theodp writes: Just when you think the cable TV viewing experience couldn't get any worse, GeekWire reports on the Microsoft Xbox Incubation team's patent-pending Consumer Detector, which uses cameras and sensors like those in the Xbox 360 Kinect controller to monitor, count and in some cases identify the people in a room watching television, movies and other content. Should the number of viewers detected exceed the limits of a particular content license, the system would halt playback unless additional viewing rights were purchased. As Yakov Smirnoff might say: In Soviet Russia, Kinect-equipped Motorola Model 20F2 console TV watches your family!
theodp writes: Over at CNN, Omar L. Gallaga explains how Apple's story is like Breaking Bad, the TV drama whose protagonist — high school chemistry teacher Walter White — decides to use his science skills to cook methamphetamine to provide for his family after being diagnosed with terminal cancer. Walter takes shocking, out-of-character risks but reinvents himself as a brilliant, feared meth chemist who grows more ambitious, ruthless and cocky with each victory. 'Like Steve Jobs,' writes Gallaga, 'Walter White's cancer awakens a panic in him to hurry up and leave a legacy through his work.' Gallaga continues: 'Like Walter White, it [Apple] has mixed the proper elements at just the right amounts to create highly pure, addictive products. The products have been made within secretive working conditions. The skill employed to design and manufacture them tends to make what competitors put out seem like cheaper, cloudier, less effective imitations.' And if that's not enough to scratch your Breaking Bad itch until tonight's season finale, check out Vice's interview with series creator Vince Gilligan.
theodp writes: In a move that evokes memories of Steve Ballmer's initial pooh-poohing of the iPhone threat, DirecTV Chairman Michael White downplayed the Apple TV hype, expressing doubts that 'Apple's interface will be so much better than DirecTVs' that people will be willing to pay for an extra box. So, will White's statement — 'It’s hard to see (it) obsoleting our technology' — come back to haunt him?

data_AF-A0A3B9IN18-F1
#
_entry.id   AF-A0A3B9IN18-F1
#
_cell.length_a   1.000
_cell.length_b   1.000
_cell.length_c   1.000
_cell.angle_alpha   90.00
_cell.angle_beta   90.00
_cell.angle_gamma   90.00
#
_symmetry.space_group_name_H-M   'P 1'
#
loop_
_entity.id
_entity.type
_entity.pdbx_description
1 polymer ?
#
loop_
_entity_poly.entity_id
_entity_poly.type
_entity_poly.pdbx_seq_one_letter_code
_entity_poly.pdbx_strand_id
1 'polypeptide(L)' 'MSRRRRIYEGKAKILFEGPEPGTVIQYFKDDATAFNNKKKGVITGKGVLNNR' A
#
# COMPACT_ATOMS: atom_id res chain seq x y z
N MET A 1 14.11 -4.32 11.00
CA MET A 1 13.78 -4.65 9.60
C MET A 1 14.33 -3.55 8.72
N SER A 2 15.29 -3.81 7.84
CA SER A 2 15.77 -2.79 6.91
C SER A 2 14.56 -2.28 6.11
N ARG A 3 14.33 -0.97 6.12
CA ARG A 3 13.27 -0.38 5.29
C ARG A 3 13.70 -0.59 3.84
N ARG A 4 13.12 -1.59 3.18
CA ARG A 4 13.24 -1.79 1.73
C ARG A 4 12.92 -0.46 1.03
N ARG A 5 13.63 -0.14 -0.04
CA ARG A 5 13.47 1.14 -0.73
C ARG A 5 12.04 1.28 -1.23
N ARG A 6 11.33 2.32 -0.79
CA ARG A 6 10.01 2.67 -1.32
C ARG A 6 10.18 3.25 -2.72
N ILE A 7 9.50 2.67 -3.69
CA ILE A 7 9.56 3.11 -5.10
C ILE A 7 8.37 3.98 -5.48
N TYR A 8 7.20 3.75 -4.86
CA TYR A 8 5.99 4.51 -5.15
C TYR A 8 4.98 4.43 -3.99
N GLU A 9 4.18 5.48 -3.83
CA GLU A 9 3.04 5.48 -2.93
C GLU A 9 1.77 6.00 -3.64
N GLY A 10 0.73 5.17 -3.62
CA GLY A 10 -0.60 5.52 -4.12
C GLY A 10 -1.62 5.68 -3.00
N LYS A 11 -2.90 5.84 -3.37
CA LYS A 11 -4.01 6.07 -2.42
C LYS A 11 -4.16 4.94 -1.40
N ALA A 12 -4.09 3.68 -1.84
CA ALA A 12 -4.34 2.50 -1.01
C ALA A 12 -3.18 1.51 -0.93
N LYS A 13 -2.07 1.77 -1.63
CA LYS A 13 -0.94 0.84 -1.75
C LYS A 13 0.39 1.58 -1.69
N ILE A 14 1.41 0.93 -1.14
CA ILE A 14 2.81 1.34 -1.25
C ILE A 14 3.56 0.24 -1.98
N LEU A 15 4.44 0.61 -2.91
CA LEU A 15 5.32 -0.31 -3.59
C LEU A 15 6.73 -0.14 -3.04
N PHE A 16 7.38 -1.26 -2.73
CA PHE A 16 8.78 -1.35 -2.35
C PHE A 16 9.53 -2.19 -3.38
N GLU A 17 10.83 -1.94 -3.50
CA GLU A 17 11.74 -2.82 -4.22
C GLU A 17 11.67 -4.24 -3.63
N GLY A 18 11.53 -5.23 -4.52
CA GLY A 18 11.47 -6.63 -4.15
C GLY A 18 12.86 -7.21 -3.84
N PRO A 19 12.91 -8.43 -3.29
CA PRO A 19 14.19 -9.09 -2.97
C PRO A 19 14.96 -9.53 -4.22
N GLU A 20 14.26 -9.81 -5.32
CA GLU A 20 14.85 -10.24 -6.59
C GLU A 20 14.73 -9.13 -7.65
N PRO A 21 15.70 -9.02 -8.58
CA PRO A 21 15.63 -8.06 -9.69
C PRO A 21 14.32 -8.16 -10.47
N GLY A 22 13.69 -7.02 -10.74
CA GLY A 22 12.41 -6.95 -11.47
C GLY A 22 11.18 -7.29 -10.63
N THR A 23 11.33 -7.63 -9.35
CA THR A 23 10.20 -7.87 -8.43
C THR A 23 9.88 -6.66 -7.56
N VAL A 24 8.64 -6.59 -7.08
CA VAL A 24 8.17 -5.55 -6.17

theodp writes: In purchasing Motorola Mobility, Slate's Farhad Manjoo reports that Google will also come into possesion of one the nation's biggest suppliers of set-top boxes. So, can Google work some of its do-no-evil magic on the loathsome cable box? Don't bet on it, says Manjoo. For one thing, there's no evidence that Google would be very good at remaking the set-top box (Google TV, anyone?). But even if Google managed to dramatically improve set-top boxes, it's doubtful that cable and satellite companies would buy in. First, they'd lose all those ridiculously lucrative cable-box rental fees. More importantly, they'd have to give up control of the main entertainment device in most homes, and with it the opportunity to slow or stymie competing sources for entertainment. After the merger, notes Manjoo, Google could get several billion dollars by selling off Motorola Mobility's set-top-box division — a much surer payday than taking on Big Cable.
theodp writes: Any child who's watched Pee-Wee's Playhouse since its debut in the '80s is familiar with the concept of the 'secret word of the day' (often issued by Conky the Robot). 'Now you all know what to do when anyone says the secret word, right?', Pee-Wee Herman would tell the kids. 'Scream real loud!' Apparently unfamiliar with this prior art, the USPTO on Tuesday granted IBM a patent for its invention of the Public Speaking Self-Evaluation Tool, which Big Blue describes thusly: 'The system provides a user interface through which the user is able to define the undesirable words or sounds [e.g. 'Ah', 'Um', 'Like'] that are to be avoided, as well as a maximum frequency of occurrence threshold to be used for providing warning signals based on detection of such filler or undesirable words or sounds.' BTW, IBM advocates switching the U.S. from a first-to-invent to a first-to-file patent system, which some believe will encourage a rush to the patent office with half-baked inventions.